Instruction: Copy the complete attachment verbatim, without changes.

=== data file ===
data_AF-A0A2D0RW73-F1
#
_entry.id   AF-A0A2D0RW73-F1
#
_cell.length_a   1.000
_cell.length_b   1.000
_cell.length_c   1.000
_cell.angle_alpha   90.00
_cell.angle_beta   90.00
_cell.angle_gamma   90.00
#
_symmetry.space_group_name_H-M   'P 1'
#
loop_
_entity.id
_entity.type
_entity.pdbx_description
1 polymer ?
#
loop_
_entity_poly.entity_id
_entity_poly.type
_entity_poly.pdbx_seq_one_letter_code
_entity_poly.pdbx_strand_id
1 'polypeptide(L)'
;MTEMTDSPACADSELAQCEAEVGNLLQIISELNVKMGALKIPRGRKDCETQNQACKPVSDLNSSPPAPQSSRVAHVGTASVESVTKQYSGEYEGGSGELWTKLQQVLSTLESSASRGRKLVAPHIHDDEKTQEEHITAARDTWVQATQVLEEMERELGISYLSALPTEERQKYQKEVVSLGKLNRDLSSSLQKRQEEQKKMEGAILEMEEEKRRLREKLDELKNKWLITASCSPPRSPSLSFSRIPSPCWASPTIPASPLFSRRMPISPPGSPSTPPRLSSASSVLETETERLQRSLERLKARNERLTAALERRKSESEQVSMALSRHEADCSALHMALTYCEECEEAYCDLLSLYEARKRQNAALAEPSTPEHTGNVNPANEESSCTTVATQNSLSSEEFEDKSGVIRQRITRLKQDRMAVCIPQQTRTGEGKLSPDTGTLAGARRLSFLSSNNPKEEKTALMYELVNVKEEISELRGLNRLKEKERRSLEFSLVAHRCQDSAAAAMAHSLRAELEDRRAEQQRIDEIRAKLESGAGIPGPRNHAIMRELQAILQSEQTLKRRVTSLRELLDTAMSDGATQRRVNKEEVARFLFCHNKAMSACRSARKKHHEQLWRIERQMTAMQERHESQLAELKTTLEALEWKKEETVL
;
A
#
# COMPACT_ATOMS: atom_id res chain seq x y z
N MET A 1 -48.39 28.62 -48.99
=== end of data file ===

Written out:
data_AF-A0A2D0RW73-F1
#
_entry.id   AF-A0A2D0RW73-F1
#
_cell.length_a   1.000
_cell.length_b   1.000
_cell.length_c   1.000
_cell.angle_alpha   90.00
_cell.angle_beta   90.00
_cell.angle_gamma   90.00
#
_symmetry.space_group_name_H-M   'P 1'
#
loop_
_entity.id
_entity.type
_entity.pdbx_description
1 polymer ?
#
loop_
_entity_poly.entity_id
_entity_poly.type
_entity_poly.pdbx_seq_one_letter_code
_entity_poly.pdbx_strand_id
1 'polypeptide(L)'
;MTEMTDSPACADSELAQCEAEVGNLLQIISELNVKMGALKIPRGRKDCETQNQACKPVSDLNSSPPAPQSSRVAHVGTASVESVTKQYSGEYEGGSGELWTKLQQVLSTLESSASRGRKLVAPHIHDDEKTQEEHITAARDTWVQATQVLEEMERELGISYLSALPTEERQKYQKEVVSLGKLNRDLSSSLQKRQEEQKKMEGAILEMEEEKRRLREKLDELKNKWLITASCSPPRSPSLSFSRIPSPCWASPTIPASPLFSRRMPISPPGSPSTPPRLSSASSVLETETERLQRSLERLKARNERLTAALERRKSESEQVSMALSRHEADCSALHMALTYCEECEEAYCDLLSLYEARKRQNAALAEPSTPEHTGNVNPANEESSCTTVATQNSLSSEEFEDKSGVIRQRITRLKQDRMAVCIPQQTRTGEGKLSPDTGTLAGARRLSFLSSNNPKEEKTALMYELVNVKEEISELRGLNRLKEKERRSLEFSLVAHRCQDSAAAAMAHSLRAELEDRRAEQQRIDEIRAKLESGAGIPGPRNHAIMRELQAILQSEQTLKRRVTSLRELLDTAMSDGATQRRVNKEEVARFLFCHNKAMSACRSARKKHHEQLWRIERQMTAMQERHESQLAELKTTLEALEWKKEETVL
;
A
#
# COMPACT_ATOMS: atom_id res chain seq x y z
N MET A 1 -48.39 28.62 -48.99